Unsure what new book to read next? Sit back: We read the book reviews in case you missed them. Below are the collected reviews of two new books being discussed in leading journals and magazines. Today we look at “Barack Obama: The Story” by David Maraniss and “Every Love Story is a Ghost Story: A Life of David Foster Wallace” by D. T. Max.
“Barack Obama: The Story” by David Maraniss
The latest in a slew of Obama biographies (following David Remnick’s “The Bridge: The Life and Rise of Barack Obama” and Janny Scott’s “A Singular Woman: The Untold Story of Barack Obama’s Mother,” among others) attempting to uncover the source of the President’s political ambition, David Maraniss’s 641-page tome, “Barack Obama: The Story” arrived on bookshelves with some handwringing from the White House. That fear, which stems from Maraniss’s careful disassembling of Obama’s memoir, “Dreams from My Father” within “The Story,” is not completely unfounded, but as Darryl Pinckney observes in The New York Review of Books, its impact is rather muted. “Maraniss’s competition with Dreams from My Father makes him a prisoner of his material,” Pinckney writes, “resulting in a sort of biographer’s Stockholm Syndrome about those he has interviewed. Often you get the feeling that because they gave him so much of their time, their trust, and that he bonded with them in some way, he bestows on them the glory of his narrative sun.”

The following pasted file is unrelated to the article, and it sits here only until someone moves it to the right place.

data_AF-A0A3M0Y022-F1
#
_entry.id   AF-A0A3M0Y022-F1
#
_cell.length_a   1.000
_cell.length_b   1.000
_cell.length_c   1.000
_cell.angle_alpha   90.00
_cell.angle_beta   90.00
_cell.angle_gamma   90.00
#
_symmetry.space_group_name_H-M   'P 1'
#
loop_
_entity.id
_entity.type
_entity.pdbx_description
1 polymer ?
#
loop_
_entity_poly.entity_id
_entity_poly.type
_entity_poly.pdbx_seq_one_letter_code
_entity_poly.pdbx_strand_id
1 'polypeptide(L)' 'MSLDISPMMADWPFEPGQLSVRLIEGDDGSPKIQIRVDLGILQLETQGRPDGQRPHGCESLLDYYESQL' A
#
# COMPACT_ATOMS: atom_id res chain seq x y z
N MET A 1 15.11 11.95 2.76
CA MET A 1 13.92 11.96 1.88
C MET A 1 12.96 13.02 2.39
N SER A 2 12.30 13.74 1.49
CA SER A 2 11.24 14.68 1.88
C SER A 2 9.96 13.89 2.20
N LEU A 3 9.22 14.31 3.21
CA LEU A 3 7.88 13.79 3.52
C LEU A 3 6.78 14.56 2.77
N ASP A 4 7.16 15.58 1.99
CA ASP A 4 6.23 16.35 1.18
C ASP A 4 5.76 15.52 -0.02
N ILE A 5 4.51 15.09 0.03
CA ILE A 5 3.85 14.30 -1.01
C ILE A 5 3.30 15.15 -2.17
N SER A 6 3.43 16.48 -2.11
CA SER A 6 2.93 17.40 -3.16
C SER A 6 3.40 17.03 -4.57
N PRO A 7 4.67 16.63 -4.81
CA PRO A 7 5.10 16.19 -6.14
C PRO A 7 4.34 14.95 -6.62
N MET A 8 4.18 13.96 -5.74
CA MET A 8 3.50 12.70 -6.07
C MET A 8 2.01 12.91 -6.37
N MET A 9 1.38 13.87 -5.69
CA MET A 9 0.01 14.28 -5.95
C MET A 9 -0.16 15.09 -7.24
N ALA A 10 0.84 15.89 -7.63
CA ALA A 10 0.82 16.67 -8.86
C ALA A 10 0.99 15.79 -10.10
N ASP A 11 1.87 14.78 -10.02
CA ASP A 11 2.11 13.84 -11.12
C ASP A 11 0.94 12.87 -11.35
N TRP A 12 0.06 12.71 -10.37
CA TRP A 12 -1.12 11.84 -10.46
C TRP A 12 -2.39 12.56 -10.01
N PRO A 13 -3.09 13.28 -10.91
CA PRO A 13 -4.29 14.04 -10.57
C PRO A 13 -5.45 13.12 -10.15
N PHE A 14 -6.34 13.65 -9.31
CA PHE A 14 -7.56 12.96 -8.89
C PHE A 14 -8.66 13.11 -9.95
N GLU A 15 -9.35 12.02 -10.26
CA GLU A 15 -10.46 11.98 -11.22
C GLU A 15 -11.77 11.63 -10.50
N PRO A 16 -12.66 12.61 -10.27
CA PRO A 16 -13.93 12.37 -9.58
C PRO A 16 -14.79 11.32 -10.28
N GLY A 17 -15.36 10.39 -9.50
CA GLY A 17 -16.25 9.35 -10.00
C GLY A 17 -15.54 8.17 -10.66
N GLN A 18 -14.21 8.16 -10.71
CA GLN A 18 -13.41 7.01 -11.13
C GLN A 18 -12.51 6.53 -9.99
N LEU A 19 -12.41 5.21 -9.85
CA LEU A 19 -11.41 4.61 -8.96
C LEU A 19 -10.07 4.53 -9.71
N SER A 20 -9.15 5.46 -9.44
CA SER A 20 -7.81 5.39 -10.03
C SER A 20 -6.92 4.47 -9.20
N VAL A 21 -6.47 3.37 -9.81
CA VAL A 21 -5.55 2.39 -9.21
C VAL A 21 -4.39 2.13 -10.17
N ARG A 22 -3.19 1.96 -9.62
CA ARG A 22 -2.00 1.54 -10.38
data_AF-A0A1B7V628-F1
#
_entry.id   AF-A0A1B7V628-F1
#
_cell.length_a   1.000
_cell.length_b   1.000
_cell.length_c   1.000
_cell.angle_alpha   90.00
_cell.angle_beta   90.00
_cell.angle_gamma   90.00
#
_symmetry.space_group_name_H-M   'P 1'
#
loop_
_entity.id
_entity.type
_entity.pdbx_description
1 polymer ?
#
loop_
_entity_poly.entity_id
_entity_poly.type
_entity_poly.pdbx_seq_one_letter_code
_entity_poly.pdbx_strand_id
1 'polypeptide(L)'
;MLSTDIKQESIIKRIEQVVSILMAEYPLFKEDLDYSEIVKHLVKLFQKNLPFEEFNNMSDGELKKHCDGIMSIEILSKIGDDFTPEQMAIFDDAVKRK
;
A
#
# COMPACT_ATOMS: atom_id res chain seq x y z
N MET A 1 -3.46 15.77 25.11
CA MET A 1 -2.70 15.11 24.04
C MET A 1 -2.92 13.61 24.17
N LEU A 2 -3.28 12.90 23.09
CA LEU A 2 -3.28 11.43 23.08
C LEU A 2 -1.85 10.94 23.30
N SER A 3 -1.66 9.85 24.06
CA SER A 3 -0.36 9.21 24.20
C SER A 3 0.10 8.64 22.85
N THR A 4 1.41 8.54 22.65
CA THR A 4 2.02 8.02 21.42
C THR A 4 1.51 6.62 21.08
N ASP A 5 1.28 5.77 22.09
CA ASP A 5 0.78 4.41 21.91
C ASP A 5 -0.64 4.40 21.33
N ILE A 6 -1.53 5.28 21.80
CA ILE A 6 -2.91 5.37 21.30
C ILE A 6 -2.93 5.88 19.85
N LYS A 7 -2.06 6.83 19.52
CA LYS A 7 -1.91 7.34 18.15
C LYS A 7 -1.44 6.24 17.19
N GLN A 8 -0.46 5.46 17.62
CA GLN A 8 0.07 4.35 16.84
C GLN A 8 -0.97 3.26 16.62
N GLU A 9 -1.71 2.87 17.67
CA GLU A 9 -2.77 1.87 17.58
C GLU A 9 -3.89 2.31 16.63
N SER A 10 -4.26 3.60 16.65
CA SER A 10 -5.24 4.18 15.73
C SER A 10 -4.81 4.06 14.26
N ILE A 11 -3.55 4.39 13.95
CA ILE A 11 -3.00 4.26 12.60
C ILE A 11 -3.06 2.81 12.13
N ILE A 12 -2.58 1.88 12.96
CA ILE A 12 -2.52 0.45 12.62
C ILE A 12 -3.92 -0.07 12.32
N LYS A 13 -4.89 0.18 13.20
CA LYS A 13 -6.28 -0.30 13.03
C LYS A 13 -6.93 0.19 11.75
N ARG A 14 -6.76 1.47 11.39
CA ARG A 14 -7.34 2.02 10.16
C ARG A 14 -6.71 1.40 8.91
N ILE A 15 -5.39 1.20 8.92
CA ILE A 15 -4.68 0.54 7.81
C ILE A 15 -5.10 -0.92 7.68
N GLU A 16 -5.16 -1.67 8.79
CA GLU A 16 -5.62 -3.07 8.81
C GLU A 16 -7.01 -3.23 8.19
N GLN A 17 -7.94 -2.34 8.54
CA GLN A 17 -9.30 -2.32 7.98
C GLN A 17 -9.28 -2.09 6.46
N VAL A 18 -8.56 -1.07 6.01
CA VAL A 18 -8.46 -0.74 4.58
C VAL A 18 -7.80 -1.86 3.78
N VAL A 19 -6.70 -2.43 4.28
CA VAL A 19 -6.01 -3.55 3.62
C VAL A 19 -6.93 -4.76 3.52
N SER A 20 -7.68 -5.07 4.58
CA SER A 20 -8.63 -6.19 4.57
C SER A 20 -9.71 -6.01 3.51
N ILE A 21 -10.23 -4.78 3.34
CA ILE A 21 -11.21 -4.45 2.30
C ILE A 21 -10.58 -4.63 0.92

Jonathan Karl, writing in the Wall Street Journal, sees an obscure portrait of Obama in Maraniss’s biography, noting that, “The recurring theme that runs throughout ‘Obama: The Story’ is just how unlikely is was that someone with Mr. Obama's exotic and tangled family history -- whatever his race -- would end up in the Oval Office.” Kevin Harnett of the Christian Science Monitor is similarly fascinated by Obama’s opaque ambition as presented in “The Story,” admitting that it is unclear why the President pursued power or what exactly he would do with it, but concludes, “Maraniss ably outlines the mystery of Obama’s character, even if he’s not able to solve it.”
“Every Love Story is a Ghost Story” By D. T. Max
The first major biography of the beloved author of the seminal novel "Infinite Jest," D. T. Max’s “Every Love Story is a Ghost Story” attempts to chart David Foster Wallace’s epic and public struggle with depression and addiction, culminating in his suicide at age forty-six in 2008. Though Max wrote his biography with cooperation from Wallace’s friends and family, Publisher’s Weekly Gabe Habash finds the effort disappointing, noting that, “The facts are all there, but Max…often seems in a hurry to report them, rarely stopping to explore Wallace’s struggles with his social identity or his creative evolution.” Michiko Kakutani of The New York Times is much more generous, declaring, “What Mr. Max’s book does do -- and does powerfully -- is provide an emotionally detailed portrait of the artist as a young man: conflicted, self-conscious and deeply thoughtful, like so many of his characters a seeker after an understanding of his own place in the world and a Melvillian ‘isolato,’ yearning for connection yet stymied by the whirring of his own brain and the discontinuities of an America reeling from information overload.” Kirkus’ Review is similarly impressed, simply calling Max’s work, “A stellar biography of a complicated subject: Max's portrait skillfully unites Wallace’s external and internal lives.”